Elvin says that in terms of cost for pick-and-carry applications, the cost for outriggers in the initial purchase price can be eliminated. “Non-outrigger units have a lower overall weight, which delivers better tractive effort when paired with an equivalent drivetrain, and this results in more efficient maneuvering through job sites and greater gradeability,” he says.
“Managers should also ensure that the correct telehandler is being used for the job to avoid overloading the equipment, which can lead to eventual structural failures,” Elvin says. “A multitude of attachments are also available for telehandlers that can help to not only improve safety and productivity on the job site, but also reduce potential damage to the equipment resulting in repair costs.”
Mike Peterson, product application specialist for Caterpillar, also focuses on attachments.
“With the reduced workforce in some areas, taking advantage of options that increase efficiency is imperative,” Peterson says. “One way to accomplish that with telehandlers is to utilize the hydraulic fork positioner carriages. With this carriage attachment, operators adjust the forks from within the cab as they approach the various pick items. It eliminates the need to adjust the forks manually, which can be time consuming depending on how well the floating fork bar has been maintained.”
And finally, managers should not neglect simple and routine maintenance.
“Managers can keep operating costs down on their telehandlers by ensuring their operators and service technicians follow OEM-recommended service intervals and making sure their equipment is getting daily pre-operation checks,” says Mitch Fedie, marketing manager for Pettibone. “Simple procedures like checking engine oil, transmission fluid, air filters, and keeping the machine greased help ensure the longevity of the machine and avoid more serious and costly repairs.”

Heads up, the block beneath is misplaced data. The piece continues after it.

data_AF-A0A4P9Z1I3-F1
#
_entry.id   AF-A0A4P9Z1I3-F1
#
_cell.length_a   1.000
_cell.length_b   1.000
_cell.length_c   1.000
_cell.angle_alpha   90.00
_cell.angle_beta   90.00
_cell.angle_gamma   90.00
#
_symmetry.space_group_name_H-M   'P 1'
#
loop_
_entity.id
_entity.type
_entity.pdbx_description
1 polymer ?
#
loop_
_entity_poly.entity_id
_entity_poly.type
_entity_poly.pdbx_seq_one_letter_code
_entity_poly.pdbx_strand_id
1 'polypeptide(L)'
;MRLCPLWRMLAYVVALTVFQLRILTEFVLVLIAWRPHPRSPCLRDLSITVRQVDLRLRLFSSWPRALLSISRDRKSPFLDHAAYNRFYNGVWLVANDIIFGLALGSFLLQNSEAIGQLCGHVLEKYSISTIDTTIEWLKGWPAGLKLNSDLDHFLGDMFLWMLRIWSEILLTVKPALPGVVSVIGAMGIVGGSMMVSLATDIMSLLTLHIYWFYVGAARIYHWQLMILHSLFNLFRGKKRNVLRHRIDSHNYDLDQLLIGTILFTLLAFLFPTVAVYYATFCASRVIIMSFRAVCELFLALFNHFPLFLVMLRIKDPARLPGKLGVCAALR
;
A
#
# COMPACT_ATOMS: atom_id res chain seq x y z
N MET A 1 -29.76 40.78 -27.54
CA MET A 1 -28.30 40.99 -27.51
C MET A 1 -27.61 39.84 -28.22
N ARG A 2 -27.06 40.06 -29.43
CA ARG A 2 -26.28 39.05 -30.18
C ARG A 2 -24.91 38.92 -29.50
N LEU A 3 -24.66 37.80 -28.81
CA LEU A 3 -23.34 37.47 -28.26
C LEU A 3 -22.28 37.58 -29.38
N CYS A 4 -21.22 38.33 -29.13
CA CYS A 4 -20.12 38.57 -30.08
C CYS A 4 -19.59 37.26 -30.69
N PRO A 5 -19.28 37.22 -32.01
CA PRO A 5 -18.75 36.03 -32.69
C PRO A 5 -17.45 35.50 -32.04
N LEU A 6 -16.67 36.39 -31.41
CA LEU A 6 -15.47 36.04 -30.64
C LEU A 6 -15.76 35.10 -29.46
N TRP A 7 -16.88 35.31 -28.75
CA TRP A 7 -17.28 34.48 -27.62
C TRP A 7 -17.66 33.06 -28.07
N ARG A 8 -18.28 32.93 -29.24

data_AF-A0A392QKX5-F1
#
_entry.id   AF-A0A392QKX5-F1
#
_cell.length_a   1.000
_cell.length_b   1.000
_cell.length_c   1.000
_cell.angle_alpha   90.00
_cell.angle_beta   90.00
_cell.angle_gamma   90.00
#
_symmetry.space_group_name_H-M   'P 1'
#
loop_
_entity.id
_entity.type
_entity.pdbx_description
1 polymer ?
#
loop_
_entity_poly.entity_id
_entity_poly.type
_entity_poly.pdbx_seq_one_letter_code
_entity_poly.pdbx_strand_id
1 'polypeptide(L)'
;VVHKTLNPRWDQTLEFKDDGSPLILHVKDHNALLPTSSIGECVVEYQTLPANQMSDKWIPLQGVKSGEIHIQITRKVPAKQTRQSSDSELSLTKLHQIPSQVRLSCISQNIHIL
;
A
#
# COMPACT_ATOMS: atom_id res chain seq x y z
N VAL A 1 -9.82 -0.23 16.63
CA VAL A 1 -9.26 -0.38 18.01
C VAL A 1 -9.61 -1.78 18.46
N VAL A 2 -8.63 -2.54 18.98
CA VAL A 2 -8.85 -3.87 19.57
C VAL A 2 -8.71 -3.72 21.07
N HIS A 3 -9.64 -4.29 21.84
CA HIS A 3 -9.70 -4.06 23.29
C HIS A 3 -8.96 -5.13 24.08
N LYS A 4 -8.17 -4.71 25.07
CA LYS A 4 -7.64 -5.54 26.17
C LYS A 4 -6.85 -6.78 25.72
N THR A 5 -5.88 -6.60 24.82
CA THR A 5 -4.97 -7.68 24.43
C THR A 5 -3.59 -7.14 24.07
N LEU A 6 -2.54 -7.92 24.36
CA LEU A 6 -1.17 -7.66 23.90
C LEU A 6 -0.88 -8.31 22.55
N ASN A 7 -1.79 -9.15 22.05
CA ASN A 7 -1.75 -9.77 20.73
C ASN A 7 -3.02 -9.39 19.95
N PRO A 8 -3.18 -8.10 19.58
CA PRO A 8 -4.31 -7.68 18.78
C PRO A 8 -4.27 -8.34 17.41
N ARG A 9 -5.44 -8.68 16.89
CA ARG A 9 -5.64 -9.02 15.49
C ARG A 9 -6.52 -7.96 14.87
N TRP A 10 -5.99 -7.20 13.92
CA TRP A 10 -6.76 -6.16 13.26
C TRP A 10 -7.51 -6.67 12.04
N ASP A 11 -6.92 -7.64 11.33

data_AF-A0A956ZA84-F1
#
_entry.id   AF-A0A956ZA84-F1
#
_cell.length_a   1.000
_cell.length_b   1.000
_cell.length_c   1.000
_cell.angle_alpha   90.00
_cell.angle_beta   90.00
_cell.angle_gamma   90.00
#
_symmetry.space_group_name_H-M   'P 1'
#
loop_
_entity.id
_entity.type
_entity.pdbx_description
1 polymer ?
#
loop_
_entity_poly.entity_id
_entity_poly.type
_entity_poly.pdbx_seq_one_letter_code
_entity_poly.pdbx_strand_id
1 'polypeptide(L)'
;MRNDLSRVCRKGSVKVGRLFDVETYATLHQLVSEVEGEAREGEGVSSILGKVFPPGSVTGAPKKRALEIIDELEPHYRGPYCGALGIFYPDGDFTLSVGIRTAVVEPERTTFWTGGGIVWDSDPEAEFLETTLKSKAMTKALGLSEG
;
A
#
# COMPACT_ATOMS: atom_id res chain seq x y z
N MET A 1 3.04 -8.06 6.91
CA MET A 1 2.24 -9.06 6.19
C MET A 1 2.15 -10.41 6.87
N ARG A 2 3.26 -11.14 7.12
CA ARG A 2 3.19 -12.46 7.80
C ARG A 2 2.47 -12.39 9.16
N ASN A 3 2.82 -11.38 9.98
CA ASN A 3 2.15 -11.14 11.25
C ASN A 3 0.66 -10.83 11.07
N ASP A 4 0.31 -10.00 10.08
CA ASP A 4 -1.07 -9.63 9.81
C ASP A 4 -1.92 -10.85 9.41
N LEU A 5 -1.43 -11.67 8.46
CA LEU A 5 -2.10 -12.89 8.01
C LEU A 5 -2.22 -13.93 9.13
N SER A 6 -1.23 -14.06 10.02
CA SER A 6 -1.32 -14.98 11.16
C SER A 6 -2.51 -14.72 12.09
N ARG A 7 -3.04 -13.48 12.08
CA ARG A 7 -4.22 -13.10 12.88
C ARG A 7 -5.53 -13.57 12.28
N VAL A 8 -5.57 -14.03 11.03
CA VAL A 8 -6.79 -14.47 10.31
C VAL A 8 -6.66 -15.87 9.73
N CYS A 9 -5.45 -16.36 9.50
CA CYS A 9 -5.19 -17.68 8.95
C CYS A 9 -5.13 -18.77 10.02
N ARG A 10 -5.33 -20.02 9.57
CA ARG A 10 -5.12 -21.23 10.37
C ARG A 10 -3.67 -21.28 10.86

At Conexpo 2020, Snorkel introduced an electric compact rough-terrain telehandler, the lithium-ion battery-powered SR5719E.
“Powered by 80V 300Ah lithium-ion batteries, the SR5719E can perform continuously between charges for up to 6 hours depending on job site conditions,” Elvin says. “The onboard charger provides a full charge overnight, while off-board chargers options are available for fast-charging capabilities, up to 2.5 hours for a complete charge.”
Snorkel claims the SR5719E delivers a reduction of up to 60 percent in operating costs over the diesel equivalent, and also reduces noise. “We back all of our lithium-ion electric lifts with a two-year parts and labor, and five-year structural warranty, plus a 2,000-charging cycles or two-year lithium battery warranty, and batteries can be returned to the company at the end of their life for recycling,” Elvin says.
Xtreme and Skyjack have also debuted cab systems that enable a switch from an enclosed design to an open one.